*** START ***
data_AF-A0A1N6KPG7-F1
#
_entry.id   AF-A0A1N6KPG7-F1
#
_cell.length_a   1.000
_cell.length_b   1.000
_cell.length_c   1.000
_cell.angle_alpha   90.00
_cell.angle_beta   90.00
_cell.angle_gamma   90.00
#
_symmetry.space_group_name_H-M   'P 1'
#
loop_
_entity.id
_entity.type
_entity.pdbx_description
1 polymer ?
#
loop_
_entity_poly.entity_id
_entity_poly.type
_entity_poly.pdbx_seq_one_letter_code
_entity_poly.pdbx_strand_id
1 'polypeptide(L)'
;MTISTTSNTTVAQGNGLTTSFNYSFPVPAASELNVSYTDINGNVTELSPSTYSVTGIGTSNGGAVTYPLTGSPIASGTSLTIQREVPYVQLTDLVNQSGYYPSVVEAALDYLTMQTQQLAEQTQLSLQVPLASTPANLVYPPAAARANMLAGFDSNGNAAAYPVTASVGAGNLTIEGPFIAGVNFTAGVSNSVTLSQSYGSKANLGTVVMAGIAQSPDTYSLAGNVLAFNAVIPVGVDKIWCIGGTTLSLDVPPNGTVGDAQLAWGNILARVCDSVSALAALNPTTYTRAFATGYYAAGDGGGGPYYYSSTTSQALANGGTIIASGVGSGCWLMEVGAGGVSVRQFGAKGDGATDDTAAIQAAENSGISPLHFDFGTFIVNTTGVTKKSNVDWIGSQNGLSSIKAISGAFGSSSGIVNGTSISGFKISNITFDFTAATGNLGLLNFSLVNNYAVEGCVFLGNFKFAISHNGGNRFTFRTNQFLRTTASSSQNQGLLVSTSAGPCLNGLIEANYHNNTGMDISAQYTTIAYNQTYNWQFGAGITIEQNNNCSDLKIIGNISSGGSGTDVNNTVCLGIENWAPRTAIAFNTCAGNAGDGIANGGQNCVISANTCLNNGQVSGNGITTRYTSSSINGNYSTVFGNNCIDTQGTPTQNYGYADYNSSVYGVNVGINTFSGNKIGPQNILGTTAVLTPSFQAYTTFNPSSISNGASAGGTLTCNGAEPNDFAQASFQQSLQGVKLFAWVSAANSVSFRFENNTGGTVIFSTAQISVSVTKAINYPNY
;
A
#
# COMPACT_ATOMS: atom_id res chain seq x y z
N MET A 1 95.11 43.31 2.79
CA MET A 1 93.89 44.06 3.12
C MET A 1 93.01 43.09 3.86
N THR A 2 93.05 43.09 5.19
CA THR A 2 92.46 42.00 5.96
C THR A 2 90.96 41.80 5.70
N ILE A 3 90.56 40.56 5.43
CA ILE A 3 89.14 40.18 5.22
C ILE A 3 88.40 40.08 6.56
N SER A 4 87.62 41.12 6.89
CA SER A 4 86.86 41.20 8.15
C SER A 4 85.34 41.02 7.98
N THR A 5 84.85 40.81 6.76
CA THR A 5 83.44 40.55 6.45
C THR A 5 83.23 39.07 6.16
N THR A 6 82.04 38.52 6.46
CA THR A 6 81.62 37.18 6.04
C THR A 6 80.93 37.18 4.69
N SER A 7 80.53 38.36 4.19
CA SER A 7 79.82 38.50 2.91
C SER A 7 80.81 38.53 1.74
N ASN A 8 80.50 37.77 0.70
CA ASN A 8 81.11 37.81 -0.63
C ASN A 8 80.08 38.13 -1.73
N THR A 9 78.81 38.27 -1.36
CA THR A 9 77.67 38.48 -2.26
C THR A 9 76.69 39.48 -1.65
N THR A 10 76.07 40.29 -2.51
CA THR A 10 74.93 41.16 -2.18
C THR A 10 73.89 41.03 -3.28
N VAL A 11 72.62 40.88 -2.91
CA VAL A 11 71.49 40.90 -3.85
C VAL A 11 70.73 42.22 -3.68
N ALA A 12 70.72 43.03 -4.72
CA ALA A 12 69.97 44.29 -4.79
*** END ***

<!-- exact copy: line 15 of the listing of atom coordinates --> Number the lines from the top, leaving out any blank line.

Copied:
_entity.id